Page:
The solution may be only a local rather than a global minimum. To test for this, the frequencies can be perturbed from the final value to see if they return to the same values, or the algorithm can be re-run with different initial conditions. It should be noted that the ability of the algorithm to find multiple local minima in the overlap can be useful if a number of the minima yield satisfactory reduction in reverberation. Work with this technique to date indicates that multiple minima with good reverberation rejection generally do exist. The set of frequency hops corresponding to these minima provides a class of waveforms with similar reverberation rejection properties, but different frequency-time patterns. This can allow operation in a given environment with several different waveforms that are well-matched to the reverberation simultaneously.
The computation time in the evaluation of the overlap is greatly reduced by assuming the simple rectangular model for the scattering function shown in FIG. 5. Reducing the overlap between the ambiguity function and this simplied scattering function clearly reduces the overlap with any actual scattering function that has most of its mass inside the rectangular region. With this simplification, the algorithm calculates the waveform ambiguity function for each frequency variation at a grid of points in the range-Doppler plane within the assumed rectangular region. The overlap is just the integral of the ambiguity function in the rectangular area, so by placing the grid densely enough, the sum of the samples of the ambiguity function at the grid points is a good approximation to the overlap.
FIGS. 10A-10B and FIGS. 11A-11B illustrate the effectiveness of this design procedure using the rectangular scattering function approximation. The scattering function is assumed to be a narrow strip ±2 Hz wide with infinite extent along the time axis. This model applies whenever the range spread of the reverberation is longer than twice the waveform duration The waveform prior to optimization is the eight chip Linear Stepped FM signal shown in FIG. 10B with the ambiguity function shown in FIG. 10A. FIG. 10A shows the ambiguity function on one half of the range-Doppler plane (the ambiguity function has rotational symmetry around the origin). FIG. 11B shows the same plot for the eight chip frequency hopped waveform resulting from optimization, as shown in FIG. 11B. The volume of the ambiguity function in the strip has been reduced, increasing the detection index. The reduction in volume in the strip, excluding the ambiguity function main lobe (which cannot be reduced), is about 8 dB.
A simplified flow chart of the pattern search algorithm is shown in FIG. 12. The current best estimate of the solution resides in a base point or vector which describes the frequencies of the waveform chips, initially set to some estimate at step 205. The algorithm permits two kinds of "moves" or shifts in the chip frequencies. In one move, the exploratory move (step 210), the components of the base point or vector, i.e., each chip frequency, are each perturbed by a fixed step and the resulting performance evaluated, here, the overlap between the calculated ambiguity function of the resulting waveform and the estimated channel scattering function. After all dimensions are examined, the exploratory move (step 210) is considered a success if there is improvement in the estimate and a failure if there is no improvement (step 210).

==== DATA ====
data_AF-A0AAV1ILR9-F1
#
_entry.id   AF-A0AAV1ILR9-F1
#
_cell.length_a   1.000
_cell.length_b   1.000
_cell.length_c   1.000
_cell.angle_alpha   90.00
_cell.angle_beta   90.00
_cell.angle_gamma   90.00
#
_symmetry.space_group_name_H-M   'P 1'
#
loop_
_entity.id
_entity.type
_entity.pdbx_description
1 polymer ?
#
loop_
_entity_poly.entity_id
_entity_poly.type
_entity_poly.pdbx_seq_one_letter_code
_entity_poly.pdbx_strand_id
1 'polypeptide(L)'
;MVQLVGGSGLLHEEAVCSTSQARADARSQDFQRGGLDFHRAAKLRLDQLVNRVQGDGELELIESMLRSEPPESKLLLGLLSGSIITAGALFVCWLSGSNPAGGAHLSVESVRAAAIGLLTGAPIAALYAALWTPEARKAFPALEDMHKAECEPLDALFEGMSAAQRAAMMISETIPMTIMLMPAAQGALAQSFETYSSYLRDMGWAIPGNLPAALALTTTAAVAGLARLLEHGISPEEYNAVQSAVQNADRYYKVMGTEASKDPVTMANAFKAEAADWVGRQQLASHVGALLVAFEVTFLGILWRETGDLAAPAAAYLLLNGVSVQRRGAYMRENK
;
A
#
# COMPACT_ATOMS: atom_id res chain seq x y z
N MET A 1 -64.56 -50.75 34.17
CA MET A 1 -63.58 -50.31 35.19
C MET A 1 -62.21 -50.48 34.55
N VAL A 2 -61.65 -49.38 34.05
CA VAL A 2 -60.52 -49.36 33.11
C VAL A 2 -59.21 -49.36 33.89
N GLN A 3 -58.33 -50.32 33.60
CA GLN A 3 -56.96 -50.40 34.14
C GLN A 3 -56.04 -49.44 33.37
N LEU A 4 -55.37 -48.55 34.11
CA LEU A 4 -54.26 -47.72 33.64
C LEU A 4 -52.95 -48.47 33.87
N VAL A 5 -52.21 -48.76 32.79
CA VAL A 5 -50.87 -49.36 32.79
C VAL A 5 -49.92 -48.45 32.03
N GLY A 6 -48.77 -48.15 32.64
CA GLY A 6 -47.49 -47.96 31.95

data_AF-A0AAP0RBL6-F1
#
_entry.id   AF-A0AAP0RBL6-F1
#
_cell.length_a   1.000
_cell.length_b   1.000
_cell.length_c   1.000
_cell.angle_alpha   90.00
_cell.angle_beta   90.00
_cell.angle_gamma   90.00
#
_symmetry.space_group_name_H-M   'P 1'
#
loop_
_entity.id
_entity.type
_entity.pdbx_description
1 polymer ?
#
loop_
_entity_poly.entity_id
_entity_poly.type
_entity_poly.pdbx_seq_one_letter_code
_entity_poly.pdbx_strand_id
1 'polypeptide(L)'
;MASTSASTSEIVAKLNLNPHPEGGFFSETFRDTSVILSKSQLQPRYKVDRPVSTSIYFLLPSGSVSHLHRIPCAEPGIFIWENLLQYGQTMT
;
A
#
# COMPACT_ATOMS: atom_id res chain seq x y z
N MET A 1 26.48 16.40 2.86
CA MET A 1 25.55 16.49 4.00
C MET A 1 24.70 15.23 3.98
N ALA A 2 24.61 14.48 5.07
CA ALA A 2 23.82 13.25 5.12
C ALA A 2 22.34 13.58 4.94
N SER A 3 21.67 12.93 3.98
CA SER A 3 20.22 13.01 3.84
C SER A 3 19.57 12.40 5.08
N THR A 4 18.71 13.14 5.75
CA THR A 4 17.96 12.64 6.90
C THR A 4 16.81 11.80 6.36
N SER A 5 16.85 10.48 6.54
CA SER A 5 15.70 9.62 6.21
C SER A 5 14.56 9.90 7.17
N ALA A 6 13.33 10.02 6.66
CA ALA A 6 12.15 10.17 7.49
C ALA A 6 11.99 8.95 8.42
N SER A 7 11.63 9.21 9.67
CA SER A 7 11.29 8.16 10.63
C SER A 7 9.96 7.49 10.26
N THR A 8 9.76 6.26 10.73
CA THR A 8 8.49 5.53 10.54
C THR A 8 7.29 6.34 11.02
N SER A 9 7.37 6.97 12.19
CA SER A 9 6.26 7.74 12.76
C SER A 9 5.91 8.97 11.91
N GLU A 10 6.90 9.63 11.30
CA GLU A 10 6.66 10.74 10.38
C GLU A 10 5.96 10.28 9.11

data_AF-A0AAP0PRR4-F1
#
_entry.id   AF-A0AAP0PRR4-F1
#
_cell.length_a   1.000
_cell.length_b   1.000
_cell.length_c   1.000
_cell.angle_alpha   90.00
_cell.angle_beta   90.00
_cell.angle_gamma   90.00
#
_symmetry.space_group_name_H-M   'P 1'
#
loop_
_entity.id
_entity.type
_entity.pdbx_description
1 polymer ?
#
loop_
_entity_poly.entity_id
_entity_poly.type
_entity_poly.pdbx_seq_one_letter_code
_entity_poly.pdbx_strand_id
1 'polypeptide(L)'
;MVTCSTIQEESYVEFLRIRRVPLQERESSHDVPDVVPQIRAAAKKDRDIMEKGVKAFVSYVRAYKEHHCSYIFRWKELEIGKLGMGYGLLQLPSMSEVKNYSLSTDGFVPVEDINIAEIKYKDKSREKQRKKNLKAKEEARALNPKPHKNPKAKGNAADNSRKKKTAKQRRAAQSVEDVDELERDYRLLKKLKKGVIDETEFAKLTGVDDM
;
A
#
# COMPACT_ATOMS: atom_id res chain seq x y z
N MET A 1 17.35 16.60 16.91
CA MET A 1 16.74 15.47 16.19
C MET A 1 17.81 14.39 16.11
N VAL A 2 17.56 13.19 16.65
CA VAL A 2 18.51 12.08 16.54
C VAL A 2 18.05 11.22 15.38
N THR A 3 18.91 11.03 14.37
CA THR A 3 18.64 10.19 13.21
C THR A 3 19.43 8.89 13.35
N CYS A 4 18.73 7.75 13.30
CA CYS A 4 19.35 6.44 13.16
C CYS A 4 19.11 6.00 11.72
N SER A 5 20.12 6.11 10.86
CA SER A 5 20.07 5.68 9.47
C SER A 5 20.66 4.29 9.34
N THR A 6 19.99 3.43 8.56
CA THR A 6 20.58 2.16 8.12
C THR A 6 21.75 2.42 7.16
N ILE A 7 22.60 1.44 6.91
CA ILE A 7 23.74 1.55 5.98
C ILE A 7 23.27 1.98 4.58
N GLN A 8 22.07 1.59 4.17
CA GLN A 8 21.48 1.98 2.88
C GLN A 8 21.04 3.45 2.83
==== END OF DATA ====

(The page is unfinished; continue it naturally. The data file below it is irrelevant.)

The second kind of move is the a pattern move (step 225), which is where most of the gains in the estimate are made. A pattern move generates a new base point or vector,
Wnew =Wold +ρ(wcurrent -Wold),
where ρ is a convergence acceleration factor and the W's are base vectors.
Every pattern move (step 225) is followed by an exploratory move and an evaluation (step 230). Most computation is consumed in performance evaluation and exploration. Failure of a pattern move results in returning to the first level exploration (step 210), resetting the telescoping effect that occurs in the pattern move loop (steps 220, 225 and 230). Failure at the first level exploration results in reduced exploratory move step size (step 215). Convergence (step 235) is determined by step size, i.e., when it is reduced below a significant level ε.
While the invention has been described in the context of sonar systems, the principles of the invention may be applied in other applications. One such application is radar systems, wherein the invention is employed to reduce the radar system response to clutter noise.
It is understood that the above-described embodiments are merely illustrative of the possible specific embodiments which may represent principles of the present invention. Other arrangements may readily be devised in accordance with these principles by those skilled in the art without departing from the scope of the invention.
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|6||"On Sonar Signal Analysis"; T. Glisson et al.; IEEE Trans. on Aerospace & E Systems, vol. AES-6, No. 1, Jan. 1970; pp. 37-49.|
|7||"Scattering Function Estimation"; N. T. Gaardner; IEEE Trans. on IT, vol. IT-14, No. 5; Sep. 1968.|
|8||"Some Techniques for the Instantaneous . . . "; P. A. Bello; IEEE Trans. on Communications Technology; vol. 13, No. 3; 1965, pp. 285-292.|
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|U.S. Classification||367/87, 367/901|
|International Classification||G01S15/10, G01S7/52, G01S7/539|
|Cooperative Classification||Y10S367/901, G01S7/539, G01S7/52004, G01S15/102|
|European Classification||G01S15/10F, G01S7/539, G01S7/52G|
|Jan 15, 1987||AS||Assignment|
Owner name: HUGHES AIRCRAFT COMPANY, LOS ANGELES A CORP. OF DE
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Owner name: HE HOLDINGS, INC., A DELAWARE CORP., CALIFORNIA